Bribing kids to eat is something that most parents have done occasionally (me, too). And it’s not hard to see why. It usually gets the job done: most kids will eat their peas if an ice cream is dangled in front of them.
The problem, though, is that rewards and bribes can work, but at a high cost:
- While rewards often make our kids eat, eg. peas, it won’t make them like them. Studies have shown that children are less likely to enjoy things they are rewarded to do.
- Furthermore, people are likely to love the reward more after being rewarded: which means that if you bribe your child with ice cream for eating peas, chances are that he will idealize the ice cream, now and in the future.
- Rewards are only effective for as long as they are present. When removed, they stop working. This means that yes, your kid will eat the peas, but he won’t once you stop bribing him with ice cream.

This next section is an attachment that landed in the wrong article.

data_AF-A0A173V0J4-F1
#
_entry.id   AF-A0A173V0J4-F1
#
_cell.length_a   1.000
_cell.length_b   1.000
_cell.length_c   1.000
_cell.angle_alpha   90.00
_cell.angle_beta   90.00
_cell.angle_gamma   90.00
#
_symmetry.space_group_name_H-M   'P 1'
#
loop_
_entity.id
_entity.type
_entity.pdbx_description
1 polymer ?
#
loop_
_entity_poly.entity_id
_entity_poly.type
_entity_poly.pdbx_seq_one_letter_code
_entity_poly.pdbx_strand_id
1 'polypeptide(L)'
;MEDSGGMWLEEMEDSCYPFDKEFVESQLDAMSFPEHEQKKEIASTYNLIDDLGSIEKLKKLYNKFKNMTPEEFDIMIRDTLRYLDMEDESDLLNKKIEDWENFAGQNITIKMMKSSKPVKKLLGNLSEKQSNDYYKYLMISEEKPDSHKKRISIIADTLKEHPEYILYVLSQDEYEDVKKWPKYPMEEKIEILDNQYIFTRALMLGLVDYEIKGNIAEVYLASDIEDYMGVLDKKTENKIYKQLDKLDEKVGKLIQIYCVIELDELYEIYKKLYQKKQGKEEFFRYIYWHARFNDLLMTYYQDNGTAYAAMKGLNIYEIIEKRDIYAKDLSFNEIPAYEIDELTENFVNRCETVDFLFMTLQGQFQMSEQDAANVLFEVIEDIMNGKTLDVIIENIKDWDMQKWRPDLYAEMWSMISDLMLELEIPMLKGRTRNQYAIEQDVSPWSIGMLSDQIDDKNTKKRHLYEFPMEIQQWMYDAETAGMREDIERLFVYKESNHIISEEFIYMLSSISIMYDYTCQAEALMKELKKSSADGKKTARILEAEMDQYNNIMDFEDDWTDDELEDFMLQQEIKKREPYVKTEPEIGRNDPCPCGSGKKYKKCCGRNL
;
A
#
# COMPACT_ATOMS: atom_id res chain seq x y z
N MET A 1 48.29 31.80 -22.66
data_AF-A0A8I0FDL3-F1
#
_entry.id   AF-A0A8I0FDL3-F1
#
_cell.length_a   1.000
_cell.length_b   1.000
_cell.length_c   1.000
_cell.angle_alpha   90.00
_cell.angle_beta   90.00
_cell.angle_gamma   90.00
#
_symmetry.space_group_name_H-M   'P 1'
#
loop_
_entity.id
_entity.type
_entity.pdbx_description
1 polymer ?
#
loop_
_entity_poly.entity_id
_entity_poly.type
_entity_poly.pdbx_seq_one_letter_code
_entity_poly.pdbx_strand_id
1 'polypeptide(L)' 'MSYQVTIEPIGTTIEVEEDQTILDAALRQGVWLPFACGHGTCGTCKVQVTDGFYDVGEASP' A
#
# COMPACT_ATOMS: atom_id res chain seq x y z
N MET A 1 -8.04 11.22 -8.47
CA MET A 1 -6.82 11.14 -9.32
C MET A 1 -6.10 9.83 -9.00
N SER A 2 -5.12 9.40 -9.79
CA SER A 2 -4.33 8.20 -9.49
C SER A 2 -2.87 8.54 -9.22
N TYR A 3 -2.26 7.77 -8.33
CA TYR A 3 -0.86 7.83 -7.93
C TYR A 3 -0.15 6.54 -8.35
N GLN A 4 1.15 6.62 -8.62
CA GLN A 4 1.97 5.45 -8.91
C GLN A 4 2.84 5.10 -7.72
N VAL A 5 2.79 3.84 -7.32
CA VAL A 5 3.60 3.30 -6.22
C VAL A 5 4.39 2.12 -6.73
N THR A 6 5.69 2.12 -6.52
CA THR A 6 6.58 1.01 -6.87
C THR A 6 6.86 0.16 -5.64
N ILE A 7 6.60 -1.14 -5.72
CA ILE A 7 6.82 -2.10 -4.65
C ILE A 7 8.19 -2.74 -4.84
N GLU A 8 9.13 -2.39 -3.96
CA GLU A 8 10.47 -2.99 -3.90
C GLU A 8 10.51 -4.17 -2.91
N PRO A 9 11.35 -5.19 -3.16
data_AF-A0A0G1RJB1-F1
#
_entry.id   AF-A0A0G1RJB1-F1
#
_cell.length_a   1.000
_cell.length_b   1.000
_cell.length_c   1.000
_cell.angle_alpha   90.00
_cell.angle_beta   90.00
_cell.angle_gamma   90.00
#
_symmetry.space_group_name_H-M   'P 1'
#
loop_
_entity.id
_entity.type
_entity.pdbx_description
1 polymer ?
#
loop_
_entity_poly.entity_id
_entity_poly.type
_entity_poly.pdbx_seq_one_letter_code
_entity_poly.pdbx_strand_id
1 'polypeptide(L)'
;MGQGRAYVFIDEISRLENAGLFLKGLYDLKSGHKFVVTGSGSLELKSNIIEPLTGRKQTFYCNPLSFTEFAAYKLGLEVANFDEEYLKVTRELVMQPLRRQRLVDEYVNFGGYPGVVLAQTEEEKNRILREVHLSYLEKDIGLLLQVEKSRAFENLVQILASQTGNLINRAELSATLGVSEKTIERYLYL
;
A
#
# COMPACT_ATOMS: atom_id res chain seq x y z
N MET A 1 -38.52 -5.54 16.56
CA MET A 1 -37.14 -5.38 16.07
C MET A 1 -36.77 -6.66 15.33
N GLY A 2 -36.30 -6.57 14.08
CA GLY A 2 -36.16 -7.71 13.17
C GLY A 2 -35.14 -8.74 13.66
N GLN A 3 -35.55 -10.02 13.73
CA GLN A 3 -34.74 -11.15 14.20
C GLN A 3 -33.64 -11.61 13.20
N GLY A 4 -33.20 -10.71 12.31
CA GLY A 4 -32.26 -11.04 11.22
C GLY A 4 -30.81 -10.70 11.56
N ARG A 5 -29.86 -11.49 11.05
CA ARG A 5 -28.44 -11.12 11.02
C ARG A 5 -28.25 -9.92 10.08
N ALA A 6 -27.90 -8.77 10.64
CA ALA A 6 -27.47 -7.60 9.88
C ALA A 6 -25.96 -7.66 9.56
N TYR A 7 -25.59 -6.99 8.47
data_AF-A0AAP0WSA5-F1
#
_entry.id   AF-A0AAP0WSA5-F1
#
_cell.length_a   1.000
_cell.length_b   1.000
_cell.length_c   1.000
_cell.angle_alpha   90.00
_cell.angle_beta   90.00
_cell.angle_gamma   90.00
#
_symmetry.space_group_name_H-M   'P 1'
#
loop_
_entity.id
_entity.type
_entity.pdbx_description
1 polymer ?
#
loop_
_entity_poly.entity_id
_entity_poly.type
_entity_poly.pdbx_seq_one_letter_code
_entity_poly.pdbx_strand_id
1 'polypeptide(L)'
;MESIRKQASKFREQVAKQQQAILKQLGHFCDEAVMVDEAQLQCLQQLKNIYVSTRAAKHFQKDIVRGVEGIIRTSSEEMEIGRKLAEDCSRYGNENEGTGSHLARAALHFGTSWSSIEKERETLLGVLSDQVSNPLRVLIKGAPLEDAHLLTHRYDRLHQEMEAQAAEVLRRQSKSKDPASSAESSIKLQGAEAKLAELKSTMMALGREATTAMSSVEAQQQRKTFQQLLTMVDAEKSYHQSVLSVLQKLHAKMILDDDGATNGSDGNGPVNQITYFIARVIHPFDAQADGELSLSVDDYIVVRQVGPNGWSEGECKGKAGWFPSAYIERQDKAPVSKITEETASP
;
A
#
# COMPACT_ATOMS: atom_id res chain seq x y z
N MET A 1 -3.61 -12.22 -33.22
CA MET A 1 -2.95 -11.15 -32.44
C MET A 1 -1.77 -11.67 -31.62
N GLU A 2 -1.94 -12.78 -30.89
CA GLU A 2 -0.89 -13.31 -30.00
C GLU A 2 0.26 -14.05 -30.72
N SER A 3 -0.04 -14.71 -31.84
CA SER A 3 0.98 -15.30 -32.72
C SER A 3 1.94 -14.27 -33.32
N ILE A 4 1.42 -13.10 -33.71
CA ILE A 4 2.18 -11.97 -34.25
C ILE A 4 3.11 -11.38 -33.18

- Rewards often impact relationships negatively, because they are an attempt to control our kids. They add to the imbalance of an already uneven relation and can lead to resentment towards the rewarder.
- Rewards are a form of control. And when we feel controlled, we are more likely to lose interest in whatever we are rewarded for doing, eg eating peas.
- Rewarding and bribing at mealtimes will not encourage our kids to listen to their bodies. On the contrary: they are asked to disregard their bodily cues to get ice cream.
So, as you can see, the cost of using rewards is high. And we’re not even getting what we want for our rewards.
The biggest problem, though, is not that they are not working. The biggest problem is that they are likely to undermine
- our kids’ healthy relationship with food
- our kids’ relationship with us
So, let’s take rewards and bribes out of the mealtime equation and focus on raising happy, healthy little eaters who listen to their inner cues, shall we?